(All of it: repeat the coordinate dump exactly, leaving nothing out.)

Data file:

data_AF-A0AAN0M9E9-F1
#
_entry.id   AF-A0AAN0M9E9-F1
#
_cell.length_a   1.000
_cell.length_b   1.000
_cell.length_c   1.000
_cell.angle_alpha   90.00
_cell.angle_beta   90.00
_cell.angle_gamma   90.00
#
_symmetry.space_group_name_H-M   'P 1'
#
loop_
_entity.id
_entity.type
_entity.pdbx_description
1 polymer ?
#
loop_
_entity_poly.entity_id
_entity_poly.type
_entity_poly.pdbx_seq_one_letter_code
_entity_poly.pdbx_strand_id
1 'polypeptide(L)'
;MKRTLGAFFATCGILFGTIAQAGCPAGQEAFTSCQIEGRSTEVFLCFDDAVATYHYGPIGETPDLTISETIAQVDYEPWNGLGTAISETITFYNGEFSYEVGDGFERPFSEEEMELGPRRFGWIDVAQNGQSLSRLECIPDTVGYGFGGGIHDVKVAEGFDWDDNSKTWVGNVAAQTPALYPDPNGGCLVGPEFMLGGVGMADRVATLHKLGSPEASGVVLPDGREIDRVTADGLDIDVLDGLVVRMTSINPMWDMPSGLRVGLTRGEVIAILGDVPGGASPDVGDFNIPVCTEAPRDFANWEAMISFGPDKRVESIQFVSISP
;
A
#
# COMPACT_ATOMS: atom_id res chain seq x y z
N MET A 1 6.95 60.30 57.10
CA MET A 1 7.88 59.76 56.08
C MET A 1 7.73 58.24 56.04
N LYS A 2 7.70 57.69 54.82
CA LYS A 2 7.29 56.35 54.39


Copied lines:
data_AF-A0AAN0M9E9-F1
#
_entry.id   AF-A0AAN0M9E9-F1
#
_cell.length_a   1.000
_cell.length_b   1.000
_cell.length_c   1.000
_cell.angle_alpha   90.00
_cell.angle_beta   90.00
_cell.angle_gamma   90.00
#
_symmetry.space_group_name_H-M   'P 1'
#
loop_
_entity.id
_entity.type
_entity.pdbx_description
1 polymer ?
#
loop_
_entity_poly.entity_id
_entity_poly.type
_entity_poly.pdbx_seq_one_letter_code
_entity_poly.pdbx_strand_id
1 'polypeptide(L)'
;MKRTLGAFFATCGILFGTIAQAGCPAGQEAFTSCQIEGRSTEVFLCFDDAVATYHYGPIGETPDLTISETIAQVDYEPWNGLGTAISETITFYNGEFSYEVGDGFERPFSEEEMELGPRRFGWIDVAQNGQSLSRLECIPDTVGYGFGGGIHDVKVAEGFDWDDNSKTWVGNVAAQTPALYPDPNGGCLVGPEFMLGGVGMADRVATLHKLGSPEASGVVLPDGREIDRVTADGLDIDVLDGLVVRMTSINPMWDMPSGLRVGLTRGEVIAILGDVPGGASPDVGDFNIPVCTEAPRDFANWEAMISFGPDKRVESIQFVSISP
;
A
#
# COMPACT_ATOMS: atom_id res chain seq x y z
N MET A 1 6.95 60.30 57.10
CA MET A 1 7.88 59.76 56.08
C MET A 1 7.73 58.24 56.04
N LYS A 2 7.70 57.69 54.82
CA LYS A 2 7.29 56.35 54.39